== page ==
Asian Peruvians
Get Asian Peruvians essential facts below. View Videos or join the Asian Peruvians discussion. Add Asian Peruvians to your topic list for future reference or share this resource on social media.
Asian Peruvians

Asian Peruvians
Chinatown Lima Peru.jpg
Total population
0.16% of Peru's population[1]
Regions with significant populations
Lima · La Libertad · Lambayeque
Spanish · Chinese · Japanese · Korean
Buddhism · Catholicism · Protestantism · Shintoism.
Related ethnic groups
Asian Latin Americans

Asian Peruvians, primarily Chinese and Japanese, constitute some 0.16% of Peru's population.

Peru has the second largest population of Japanese people in Latin America after Brazil and the largest population of Chinese people in Latin America.

East Asians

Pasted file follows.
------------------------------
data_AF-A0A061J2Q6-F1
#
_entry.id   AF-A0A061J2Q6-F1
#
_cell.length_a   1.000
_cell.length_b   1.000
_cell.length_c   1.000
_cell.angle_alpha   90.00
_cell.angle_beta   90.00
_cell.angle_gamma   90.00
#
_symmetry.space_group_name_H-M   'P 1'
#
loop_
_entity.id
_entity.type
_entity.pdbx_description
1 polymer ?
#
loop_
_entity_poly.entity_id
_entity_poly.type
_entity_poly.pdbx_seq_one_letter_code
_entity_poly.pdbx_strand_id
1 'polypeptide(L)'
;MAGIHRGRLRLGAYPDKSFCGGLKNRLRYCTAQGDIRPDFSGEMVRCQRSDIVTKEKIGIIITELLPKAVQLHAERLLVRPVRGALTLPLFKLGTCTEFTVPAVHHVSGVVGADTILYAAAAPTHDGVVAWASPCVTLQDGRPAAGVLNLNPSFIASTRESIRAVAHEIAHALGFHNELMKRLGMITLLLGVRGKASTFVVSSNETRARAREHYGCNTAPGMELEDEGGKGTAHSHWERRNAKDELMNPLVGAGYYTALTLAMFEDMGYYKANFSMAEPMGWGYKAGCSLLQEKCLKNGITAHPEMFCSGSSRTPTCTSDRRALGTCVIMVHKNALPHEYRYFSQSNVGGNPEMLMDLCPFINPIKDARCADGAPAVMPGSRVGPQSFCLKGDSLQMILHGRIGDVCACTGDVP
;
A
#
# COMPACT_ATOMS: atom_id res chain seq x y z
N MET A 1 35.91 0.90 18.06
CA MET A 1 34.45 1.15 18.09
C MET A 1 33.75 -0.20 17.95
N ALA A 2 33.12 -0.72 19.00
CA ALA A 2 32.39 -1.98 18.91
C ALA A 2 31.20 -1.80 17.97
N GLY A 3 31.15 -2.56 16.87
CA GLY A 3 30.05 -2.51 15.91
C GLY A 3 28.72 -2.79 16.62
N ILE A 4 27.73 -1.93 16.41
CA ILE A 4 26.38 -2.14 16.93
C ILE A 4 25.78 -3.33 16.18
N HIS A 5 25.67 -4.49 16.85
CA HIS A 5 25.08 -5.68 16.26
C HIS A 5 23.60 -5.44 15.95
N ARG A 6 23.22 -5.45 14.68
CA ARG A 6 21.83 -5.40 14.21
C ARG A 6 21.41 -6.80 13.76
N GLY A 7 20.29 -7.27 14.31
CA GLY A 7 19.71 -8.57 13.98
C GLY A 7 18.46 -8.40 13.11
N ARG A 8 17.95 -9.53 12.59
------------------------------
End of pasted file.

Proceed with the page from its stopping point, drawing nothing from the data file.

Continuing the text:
Asian slaves, shipped from the Spanish Philippines to Acapulco (see Manila-Acapulco galleons), were all referred to as "Chino" meaning Chinese. In reality they were of diverse origins, including Japanese, Malays, Filipinos, Javanese, Timorese, and people from modern day Bangladesh, India, Sri Lanka, Makassar, Tidore, Terenate, and China.[2][3][4][5] Filipinos made up most of their population.[6] People from this diverse community of Asians in Mexico were called "los indios chinos" by the Spanish.[7] Most of these slaves were male and were obtained from Portuguese slave traders who obtained them from Portuguese colonial possessions and outposts of the Estado da India, which included parts of India, Bengal, Malacca, Indonesia, Nagasaki in Japan, and Macau.[8][9]Spain received some of these Chino slaves from Mexico, where owning a Chino slave was a sign of high status.[10] 16th century records of three Japanese slaves, Gaspar Fernandes, Miguel and Ventura, who ended up in Mexico showed that they were purchased by Portuguese slave traders in Japan and brought to Manila from where they were shipped to Mexico by their owner Perez.[11][12] Some of these Asian slaves were also brought to Lima, where it was recorded that in 1613 there was a small community of Asians made out of Chinese, Japanese, Filipinos, Malays, Cambodians and others.[13][14][15][16]